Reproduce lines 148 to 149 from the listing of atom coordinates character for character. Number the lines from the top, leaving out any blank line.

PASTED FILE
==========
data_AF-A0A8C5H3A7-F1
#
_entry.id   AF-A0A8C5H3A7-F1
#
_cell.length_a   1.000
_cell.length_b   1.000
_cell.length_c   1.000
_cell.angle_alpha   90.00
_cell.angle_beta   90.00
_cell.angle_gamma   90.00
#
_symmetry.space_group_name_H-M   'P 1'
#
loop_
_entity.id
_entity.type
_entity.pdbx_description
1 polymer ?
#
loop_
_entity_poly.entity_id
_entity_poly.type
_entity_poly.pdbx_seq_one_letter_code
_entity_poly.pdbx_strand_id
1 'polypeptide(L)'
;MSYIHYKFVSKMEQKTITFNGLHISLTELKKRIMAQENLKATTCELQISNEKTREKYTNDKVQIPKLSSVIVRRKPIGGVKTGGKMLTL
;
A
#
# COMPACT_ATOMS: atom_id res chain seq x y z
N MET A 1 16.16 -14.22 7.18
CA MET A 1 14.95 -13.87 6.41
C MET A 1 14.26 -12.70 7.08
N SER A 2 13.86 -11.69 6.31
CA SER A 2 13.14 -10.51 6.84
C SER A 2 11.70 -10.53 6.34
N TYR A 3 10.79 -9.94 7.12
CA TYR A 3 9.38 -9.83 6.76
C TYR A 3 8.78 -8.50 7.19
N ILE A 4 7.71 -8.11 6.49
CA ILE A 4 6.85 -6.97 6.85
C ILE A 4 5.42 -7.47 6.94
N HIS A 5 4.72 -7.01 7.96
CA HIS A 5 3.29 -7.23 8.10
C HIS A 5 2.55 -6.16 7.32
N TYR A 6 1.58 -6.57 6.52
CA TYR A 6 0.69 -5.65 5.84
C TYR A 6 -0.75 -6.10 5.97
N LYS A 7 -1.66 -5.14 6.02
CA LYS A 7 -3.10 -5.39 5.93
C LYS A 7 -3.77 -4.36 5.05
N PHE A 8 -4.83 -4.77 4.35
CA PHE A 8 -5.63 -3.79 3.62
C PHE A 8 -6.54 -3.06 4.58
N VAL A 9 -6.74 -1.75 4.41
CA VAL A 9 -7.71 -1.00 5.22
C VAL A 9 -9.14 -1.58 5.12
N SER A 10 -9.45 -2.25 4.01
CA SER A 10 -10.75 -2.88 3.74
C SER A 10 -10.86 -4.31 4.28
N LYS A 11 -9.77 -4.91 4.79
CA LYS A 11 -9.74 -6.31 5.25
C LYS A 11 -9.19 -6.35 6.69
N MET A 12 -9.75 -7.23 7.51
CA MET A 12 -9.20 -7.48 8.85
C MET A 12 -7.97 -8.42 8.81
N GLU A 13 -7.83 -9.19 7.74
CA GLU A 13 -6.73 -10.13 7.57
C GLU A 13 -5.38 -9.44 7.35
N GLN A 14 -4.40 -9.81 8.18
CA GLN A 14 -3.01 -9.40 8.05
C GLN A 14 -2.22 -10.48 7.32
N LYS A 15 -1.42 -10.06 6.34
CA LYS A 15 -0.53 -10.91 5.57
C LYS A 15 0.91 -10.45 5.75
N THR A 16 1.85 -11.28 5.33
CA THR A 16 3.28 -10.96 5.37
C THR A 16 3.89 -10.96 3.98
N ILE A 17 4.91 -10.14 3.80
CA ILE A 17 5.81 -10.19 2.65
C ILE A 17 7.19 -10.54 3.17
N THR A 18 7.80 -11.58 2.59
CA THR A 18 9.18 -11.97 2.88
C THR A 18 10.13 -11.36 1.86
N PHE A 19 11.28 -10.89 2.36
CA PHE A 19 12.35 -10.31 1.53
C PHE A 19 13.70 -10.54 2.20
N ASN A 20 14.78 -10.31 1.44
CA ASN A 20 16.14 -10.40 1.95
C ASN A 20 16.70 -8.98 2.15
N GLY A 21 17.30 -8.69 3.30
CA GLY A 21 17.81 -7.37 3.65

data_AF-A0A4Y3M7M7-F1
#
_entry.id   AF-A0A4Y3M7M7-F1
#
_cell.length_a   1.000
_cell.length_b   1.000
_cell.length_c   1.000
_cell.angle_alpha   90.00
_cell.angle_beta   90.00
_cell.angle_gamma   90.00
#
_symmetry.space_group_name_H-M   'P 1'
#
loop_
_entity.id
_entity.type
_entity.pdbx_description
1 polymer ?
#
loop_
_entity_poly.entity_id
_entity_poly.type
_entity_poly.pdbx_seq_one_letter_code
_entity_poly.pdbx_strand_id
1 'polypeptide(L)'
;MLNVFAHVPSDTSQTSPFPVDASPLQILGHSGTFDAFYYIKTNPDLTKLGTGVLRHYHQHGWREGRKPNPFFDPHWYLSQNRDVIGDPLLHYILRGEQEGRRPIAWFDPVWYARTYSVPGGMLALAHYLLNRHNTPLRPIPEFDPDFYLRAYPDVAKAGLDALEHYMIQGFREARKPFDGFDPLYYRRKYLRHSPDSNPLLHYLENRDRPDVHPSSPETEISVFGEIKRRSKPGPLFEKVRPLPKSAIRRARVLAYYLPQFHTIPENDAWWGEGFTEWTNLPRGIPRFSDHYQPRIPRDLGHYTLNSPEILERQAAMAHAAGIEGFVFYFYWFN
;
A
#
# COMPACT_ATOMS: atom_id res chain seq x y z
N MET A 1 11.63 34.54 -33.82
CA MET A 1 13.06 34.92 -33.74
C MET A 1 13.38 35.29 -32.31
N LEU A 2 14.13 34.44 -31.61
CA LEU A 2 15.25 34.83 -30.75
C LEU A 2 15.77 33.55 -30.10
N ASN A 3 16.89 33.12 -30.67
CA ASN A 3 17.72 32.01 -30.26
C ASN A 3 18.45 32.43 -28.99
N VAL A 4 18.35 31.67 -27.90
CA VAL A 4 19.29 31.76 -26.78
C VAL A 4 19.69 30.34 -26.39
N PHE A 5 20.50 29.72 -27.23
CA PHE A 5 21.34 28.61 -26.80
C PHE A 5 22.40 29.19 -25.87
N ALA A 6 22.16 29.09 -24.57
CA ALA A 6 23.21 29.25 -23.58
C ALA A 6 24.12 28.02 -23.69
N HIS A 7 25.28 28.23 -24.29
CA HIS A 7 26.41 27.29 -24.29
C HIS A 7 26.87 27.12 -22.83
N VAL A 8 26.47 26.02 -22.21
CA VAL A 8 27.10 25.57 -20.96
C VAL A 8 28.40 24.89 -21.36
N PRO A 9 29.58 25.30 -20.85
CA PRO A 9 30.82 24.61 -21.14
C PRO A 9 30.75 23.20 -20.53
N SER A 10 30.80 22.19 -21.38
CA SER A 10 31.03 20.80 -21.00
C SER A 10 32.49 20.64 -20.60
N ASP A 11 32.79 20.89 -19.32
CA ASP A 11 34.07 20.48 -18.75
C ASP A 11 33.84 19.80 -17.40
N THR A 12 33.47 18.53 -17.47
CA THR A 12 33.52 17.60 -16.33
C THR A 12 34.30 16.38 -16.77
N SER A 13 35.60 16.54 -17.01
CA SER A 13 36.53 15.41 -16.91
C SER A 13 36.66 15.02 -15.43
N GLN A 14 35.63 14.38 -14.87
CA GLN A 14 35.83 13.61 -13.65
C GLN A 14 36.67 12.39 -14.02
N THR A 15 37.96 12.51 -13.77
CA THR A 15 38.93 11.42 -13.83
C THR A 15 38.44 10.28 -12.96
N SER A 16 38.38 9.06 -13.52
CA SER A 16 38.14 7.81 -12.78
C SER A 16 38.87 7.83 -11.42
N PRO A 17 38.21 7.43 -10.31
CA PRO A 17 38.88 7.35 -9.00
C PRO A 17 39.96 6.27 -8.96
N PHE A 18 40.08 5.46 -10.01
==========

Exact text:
CA PRO A 9 30.82 24.61 -21.14
C PRO A 9 30.75 23.20 -20.53